What happened when I started asking other people to set the agenda

I am sure many of you are like me. Maybe not in the "enjoys potato chips smashed inside a peanut butter and jelly sandwich" kind of way (I know I'm probably on my own there). But perhaps you're similar in that you want to walk into a meeting knowing exactly what needs to be accomplished. Personally, I need a bullet point list of objectives before things get rolling. I even recently went so far as to ask my chief of staff to implement a 'meeting protocol' that involved not only mandating agenda items, ensuring all relevant parties were in the meeting, but ensuring that I had the specific objectives and talking points that I needed to make the meeting a 'success.'

Okay, I may have gone overboard and should add that being flexible is a good character trait in the business world, too.

A funny thing happened while I was in a meeting with two of my favorite senior advisors. They were sitting there asking me to use them more, it was a ‘help me help you' moment — and after I heard them, I am not sure what compelled me but I asked them what THEY thought we should talk about. And the answers were better than what was on my agenda (which I promptly put away).

I thought to myself - ‘that was interesting' — there's always a statistical anomaly so I gave it another shot later that day. I was meeting with our head of investments and I asked, "What do you think we should get in sync on?" — and it worked again!

For those of you that have growing teams, I encourage you to try this out, I think you'll like what you hear.

How to start

  1. Trust that your team knows what is important- they are the ones on the ground, in the projects, managing your resources — trust that they can bring the relevant issues to the forefront, and frankly, maybe even better able to do so than you can as a leader.

  2. Know what to ask. Instead of going into a meeting with a list of agenda items to cover, go in with a list of questions to ask such as, "What are the bottlenecks?" "What are we out of sync on?" "What is causing you pain right now" "What are the most urgent and important things for us to discuss in this moment?" "How can I be leverage for you and your team" "Where are you not getting support that you need?"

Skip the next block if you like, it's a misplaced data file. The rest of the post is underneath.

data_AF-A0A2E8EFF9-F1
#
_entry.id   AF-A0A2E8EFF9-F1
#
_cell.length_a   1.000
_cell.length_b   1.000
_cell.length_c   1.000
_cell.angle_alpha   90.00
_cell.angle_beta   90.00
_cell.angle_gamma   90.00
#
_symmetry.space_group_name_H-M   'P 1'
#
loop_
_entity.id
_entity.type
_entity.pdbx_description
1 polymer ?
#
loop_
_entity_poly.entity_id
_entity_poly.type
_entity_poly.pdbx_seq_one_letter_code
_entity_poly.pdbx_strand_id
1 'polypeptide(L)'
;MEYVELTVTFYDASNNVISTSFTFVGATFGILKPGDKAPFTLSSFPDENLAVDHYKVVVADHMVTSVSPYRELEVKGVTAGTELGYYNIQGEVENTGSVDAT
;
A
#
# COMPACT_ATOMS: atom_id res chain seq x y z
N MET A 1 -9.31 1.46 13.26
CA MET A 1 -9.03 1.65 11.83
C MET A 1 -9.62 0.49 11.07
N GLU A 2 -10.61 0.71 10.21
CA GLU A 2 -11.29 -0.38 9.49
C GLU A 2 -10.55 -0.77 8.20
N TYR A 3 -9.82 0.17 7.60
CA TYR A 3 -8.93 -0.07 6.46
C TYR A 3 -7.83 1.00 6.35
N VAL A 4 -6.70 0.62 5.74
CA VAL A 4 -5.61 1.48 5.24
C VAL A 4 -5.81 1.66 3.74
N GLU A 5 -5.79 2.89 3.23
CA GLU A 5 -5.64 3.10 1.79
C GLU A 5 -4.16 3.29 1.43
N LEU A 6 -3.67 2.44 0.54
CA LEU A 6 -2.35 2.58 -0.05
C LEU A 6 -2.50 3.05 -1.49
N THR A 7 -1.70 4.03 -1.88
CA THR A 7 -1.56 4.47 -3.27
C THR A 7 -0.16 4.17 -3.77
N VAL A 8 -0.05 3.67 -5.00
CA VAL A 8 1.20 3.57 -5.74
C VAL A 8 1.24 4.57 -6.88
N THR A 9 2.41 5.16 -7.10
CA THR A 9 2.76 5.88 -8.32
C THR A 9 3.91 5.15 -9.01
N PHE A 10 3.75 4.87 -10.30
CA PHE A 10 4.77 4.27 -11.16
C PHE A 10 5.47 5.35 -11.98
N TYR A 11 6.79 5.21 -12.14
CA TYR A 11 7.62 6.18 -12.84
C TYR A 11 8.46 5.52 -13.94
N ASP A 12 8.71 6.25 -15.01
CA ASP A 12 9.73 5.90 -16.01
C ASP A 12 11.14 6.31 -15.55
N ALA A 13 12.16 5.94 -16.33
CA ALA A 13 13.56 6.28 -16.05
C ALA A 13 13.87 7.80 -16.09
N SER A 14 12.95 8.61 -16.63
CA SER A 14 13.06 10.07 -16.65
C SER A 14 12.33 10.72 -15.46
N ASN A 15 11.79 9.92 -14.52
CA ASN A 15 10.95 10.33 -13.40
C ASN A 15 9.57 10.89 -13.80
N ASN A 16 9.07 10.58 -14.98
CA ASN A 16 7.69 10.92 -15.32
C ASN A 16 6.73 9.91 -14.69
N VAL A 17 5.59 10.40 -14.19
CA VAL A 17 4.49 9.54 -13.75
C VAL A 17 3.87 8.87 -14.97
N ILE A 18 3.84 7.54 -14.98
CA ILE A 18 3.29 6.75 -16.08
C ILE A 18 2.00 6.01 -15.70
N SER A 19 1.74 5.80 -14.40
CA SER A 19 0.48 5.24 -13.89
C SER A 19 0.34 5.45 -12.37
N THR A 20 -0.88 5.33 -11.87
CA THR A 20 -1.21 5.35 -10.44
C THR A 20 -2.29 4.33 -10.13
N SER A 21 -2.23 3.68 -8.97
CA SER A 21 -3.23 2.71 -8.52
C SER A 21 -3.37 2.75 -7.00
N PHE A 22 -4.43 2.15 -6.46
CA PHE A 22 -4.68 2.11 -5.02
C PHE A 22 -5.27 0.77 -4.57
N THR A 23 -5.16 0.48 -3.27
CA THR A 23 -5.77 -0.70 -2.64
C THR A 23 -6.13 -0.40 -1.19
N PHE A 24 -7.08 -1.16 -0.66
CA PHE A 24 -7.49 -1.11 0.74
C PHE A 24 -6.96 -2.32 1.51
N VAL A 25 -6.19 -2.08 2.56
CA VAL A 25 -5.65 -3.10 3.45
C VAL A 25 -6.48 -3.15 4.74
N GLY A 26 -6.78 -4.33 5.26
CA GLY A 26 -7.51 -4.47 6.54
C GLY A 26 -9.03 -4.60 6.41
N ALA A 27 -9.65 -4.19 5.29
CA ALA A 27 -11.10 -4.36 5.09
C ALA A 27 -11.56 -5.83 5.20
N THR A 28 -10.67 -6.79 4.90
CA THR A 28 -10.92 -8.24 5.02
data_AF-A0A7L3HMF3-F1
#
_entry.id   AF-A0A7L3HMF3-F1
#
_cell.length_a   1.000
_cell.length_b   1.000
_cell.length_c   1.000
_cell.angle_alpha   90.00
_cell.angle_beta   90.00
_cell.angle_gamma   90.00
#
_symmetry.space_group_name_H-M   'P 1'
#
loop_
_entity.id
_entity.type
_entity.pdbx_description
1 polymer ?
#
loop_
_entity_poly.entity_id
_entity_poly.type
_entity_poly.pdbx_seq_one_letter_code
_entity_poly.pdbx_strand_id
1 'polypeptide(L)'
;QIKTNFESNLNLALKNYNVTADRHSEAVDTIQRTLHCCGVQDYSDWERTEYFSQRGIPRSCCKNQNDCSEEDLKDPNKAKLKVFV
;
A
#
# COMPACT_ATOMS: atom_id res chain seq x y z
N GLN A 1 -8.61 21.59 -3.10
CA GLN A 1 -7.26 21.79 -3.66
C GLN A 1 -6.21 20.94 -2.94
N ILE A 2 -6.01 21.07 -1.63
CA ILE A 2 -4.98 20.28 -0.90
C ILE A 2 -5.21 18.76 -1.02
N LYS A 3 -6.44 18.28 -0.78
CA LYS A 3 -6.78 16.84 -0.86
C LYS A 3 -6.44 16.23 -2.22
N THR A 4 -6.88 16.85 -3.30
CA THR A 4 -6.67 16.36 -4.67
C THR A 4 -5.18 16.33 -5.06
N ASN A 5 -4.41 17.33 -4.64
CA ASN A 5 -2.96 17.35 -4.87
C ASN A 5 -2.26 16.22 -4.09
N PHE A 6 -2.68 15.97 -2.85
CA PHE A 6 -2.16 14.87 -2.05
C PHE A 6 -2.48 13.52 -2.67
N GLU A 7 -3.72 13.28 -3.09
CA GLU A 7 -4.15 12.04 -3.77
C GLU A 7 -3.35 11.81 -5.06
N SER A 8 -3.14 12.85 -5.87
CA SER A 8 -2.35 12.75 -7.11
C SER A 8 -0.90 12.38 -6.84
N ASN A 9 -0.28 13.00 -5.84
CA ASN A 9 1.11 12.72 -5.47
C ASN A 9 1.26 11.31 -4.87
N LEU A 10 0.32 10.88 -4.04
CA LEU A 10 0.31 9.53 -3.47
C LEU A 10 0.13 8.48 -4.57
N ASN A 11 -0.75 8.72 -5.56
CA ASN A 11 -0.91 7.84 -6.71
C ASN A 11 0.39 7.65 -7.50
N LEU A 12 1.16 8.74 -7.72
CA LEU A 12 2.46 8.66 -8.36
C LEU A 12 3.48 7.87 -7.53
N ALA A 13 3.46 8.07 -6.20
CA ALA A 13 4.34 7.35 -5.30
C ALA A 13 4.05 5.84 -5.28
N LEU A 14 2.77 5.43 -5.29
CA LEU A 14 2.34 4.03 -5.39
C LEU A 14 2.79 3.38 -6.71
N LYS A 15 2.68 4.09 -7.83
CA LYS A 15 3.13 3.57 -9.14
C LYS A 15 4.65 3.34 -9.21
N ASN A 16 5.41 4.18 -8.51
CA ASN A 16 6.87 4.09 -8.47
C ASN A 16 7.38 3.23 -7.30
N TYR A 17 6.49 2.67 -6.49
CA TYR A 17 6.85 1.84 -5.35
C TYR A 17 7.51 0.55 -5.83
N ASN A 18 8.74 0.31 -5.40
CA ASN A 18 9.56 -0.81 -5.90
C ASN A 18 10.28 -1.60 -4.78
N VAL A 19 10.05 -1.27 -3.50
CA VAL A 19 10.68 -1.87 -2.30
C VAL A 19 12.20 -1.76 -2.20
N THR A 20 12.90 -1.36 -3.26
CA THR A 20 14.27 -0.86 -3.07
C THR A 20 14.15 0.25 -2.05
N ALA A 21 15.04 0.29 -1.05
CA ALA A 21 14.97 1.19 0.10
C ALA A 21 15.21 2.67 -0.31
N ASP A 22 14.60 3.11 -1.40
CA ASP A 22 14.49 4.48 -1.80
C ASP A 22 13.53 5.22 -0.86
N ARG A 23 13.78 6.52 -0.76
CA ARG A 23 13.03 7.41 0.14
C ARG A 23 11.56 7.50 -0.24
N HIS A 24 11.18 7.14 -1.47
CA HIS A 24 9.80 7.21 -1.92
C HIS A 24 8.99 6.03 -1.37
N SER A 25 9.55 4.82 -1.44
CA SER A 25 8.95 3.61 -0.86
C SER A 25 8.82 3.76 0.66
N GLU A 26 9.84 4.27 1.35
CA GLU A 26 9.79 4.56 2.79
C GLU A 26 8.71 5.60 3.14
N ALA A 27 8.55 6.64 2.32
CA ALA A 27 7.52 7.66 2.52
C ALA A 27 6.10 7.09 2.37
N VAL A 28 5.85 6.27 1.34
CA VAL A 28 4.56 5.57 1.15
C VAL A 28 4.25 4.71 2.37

3. Bring the right energy. (Add article on energy) Being inquisitive isn't just about asking questions, it's about actually wanting to know the answers — actively listening, reflecting, and probing. If you don't bring the right energy your team will notice and you not only won't get the openness you want and need as a leader, you won't get to the best topics!

The Benefits

  1. Get to the root cause faster. Your team may often be in a better position to help you get to the root cause of an issue faster. As a leader time is everything, so I encourage you to increase efficiency with this tactic.

  2. Build intimacy with your team. By asking your team about what they think is important, you are sending all sorts of messages like, "I care about what you think," "I value your opinion," "I trust you know what we should talk about," "You may know BETTER than me what we should cover." Showing that type of vulnerability will build intimacy and credibility with your team. That intimacy will drive productivity.

  3. More perspectives and topics you might not have heard or covered help you grow as a leader. From your CFO bringing up treasury management items, to your project managers bringing up a new software or methodology to use — you will grow and so will your company.

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